He certainly could not foresee these accomplishments as he just happened to choose archery as his 4H project when a new club started in his neighborhood. At 8 years old, he went to his first project meeting just to see what archery was like and instantly became hooked on flinging arrows. As that first 4H season came to an end, the project leader saw that Kevin might be interested in learning more and told Kevin of the opportunities available to shoot year round through the JOAD program.

The JOAD tournaments were great fun and he began to make a whole new set of friends who also loved to shoot from all over the state . Later, when JOAD Nationals were held in Austin, it seemed a great opportunity to check out a national tournament and meet some more kids. Austin was so close it was just too tempting to not go and at least see what it was all about. By this time, his sister, Chelsea, was shooting as well and it became an annual family trip to travel to wherever Nationals were being held each year.
As his archery skills improved, he found himself shooting well enough to earn trips to the Olympic Training Center in Chula Vista for the JOAD Olympian Camps. As he discovered the fun of archery and formed many friendships with other archers around the US, his life began to revolve more and more around archery - shooting the 4H season, indoor season, outdoor season - a continual opportunity to shoot. It all paid off when he attended the Trials for the Junior World Team last June in Chula Vista. Finishing 3rd in his division, he earned the privilege of being an archery ambassador for the United States in the Czech Republic in August, 2002. He found the experiences of international competition to be incredible. The world suddenly shrank as he made new friends and traded pins and smiles with kids from Japan, Estonia, Italy, Taipei, etc. His email list suddenly expanded as he traded instant Internet messages with the Aussie's in spite of the time difference and his new Latvian friends challenged him to learn Russian in time for the next tournament.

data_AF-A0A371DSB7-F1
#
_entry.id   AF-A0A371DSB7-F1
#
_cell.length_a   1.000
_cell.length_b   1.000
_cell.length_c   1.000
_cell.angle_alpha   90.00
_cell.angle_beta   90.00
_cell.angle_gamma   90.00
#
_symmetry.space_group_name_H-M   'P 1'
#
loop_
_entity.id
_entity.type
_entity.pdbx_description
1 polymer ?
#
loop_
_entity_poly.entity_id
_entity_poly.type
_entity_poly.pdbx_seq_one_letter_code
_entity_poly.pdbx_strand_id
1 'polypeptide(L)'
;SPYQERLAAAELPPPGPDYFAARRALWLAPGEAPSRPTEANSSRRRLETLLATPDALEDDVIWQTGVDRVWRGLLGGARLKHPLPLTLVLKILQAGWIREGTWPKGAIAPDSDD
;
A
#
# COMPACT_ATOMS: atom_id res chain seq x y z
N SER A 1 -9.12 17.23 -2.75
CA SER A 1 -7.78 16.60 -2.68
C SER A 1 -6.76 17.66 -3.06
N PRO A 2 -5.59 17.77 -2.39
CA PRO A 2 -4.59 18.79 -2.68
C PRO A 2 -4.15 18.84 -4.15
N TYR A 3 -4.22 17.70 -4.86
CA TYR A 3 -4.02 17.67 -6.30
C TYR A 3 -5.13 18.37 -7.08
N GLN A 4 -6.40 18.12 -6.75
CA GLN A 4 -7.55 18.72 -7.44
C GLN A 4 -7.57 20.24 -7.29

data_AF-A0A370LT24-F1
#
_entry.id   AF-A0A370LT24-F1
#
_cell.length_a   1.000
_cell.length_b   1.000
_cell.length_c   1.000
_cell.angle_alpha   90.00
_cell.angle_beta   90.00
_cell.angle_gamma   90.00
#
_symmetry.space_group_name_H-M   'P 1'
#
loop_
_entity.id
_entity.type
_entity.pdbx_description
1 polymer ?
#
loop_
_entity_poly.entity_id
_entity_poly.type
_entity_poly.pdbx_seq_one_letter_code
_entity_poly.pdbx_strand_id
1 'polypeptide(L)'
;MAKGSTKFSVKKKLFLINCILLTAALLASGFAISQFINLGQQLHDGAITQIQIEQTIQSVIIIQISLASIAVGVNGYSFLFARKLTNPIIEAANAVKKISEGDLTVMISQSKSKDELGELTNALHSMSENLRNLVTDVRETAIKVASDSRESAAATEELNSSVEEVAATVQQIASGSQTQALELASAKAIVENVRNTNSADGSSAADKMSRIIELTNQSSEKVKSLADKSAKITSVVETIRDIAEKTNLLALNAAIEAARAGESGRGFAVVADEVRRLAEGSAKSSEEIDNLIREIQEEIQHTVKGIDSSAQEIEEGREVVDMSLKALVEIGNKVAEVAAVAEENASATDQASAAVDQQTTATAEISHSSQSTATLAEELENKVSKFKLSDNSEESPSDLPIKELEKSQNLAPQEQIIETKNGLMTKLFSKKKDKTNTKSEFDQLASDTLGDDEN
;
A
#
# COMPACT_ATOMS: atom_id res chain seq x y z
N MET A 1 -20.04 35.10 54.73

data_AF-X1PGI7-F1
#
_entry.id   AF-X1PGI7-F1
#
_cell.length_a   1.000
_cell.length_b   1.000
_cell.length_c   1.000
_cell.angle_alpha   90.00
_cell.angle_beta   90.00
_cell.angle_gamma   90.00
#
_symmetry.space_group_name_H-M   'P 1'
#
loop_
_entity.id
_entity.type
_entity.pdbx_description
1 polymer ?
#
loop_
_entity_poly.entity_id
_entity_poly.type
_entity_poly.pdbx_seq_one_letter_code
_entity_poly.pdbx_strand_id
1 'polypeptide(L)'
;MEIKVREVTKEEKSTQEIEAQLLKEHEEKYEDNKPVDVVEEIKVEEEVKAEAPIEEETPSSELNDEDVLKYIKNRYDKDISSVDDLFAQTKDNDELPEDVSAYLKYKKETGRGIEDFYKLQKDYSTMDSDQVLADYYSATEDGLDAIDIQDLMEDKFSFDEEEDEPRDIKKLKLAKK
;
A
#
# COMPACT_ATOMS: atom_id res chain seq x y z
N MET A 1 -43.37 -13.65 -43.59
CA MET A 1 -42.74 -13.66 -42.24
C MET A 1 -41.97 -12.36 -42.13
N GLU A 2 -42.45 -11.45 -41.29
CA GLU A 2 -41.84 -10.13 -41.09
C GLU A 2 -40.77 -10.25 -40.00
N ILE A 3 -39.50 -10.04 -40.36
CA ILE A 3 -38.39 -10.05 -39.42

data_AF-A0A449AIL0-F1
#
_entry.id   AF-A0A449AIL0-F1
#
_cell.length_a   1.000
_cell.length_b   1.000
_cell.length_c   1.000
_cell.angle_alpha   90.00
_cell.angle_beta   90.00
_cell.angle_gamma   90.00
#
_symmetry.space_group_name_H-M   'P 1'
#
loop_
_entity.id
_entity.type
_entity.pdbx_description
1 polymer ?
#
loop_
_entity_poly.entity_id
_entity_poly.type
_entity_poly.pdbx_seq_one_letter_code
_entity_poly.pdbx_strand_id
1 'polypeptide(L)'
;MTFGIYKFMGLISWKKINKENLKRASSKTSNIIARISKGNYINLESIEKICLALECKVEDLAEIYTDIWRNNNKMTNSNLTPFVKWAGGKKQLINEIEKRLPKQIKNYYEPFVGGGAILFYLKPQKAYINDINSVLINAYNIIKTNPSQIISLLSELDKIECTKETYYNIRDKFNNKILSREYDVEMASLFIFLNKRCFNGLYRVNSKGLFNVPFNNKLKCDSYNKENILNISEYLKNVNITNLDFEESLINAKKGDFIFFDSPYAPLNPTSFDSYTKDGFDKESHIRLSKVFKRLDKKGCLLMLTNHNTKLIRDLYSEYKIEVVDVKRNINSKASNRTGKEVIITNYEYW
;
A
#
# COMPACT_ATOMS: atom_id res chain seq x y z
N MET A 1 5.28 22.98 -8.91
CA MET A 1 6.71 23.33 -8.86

About a month after returning to the states, while at archery practice one evening, Kevin experienced chest pains which were later diagnosed as a spontaneous pneumothorax ( collapsed lung). Following ER surgery and a week spent in and out of the hospital, he hoped that he would still be up to the challenge that awaited him in just a few short months - the World Team Trials. His strength returned slowly and with patience, dedication, perseverance, and terrific insight from his friend and new mentor Staten Holmes, he began to once again feel confident, shooting personal bests again and again in practice.

Once at the Trials, he happily found himself in 2nd place after the first day of qualifying shooting. By the end of the next day's head-to-head matches, he had held his own, winning 8 of 8 matches. He continued his sweep the next day as he finished the tournament undefeated, in 2nd place, and again he is headed for Europe and international competition.

While Kevin's European travel experiences have all been archery related, he and his family have traveled extensively within the United States, including trips to Alaska, up the Mississippi, and along the intracoastal waterway of the southeastern coastline. His favorite destination would have to be Hawaii for its relaxed atmosphere and availability of kayaking opportunities. Living on a south Texas lake, his passion for kayaking adventure has occasionally given him an up-close look at the native alligators. Kevin also excels in his academics as he is ranked ninth in his junior class.

The 4H program provides an opportunity for kids to participate in many shooting sports, and a profoundly effective measure 4H takes is to provide a series of tournaments during the indoor season from August through December. Nearly every weekend provides opportunity for archers to compete with an average of more than 100 other kids! This kind of experience is invaluable in nurturing young talent and Kevin is not the only example of the synergy that JOAD and 4H have together in creating excellence in archery. Kevin is indeed fortunate to have found the 4H/JOAD experience and used it to broaden his horizons, both within the sport and within his life, and we can look forward to more from this young gentleman.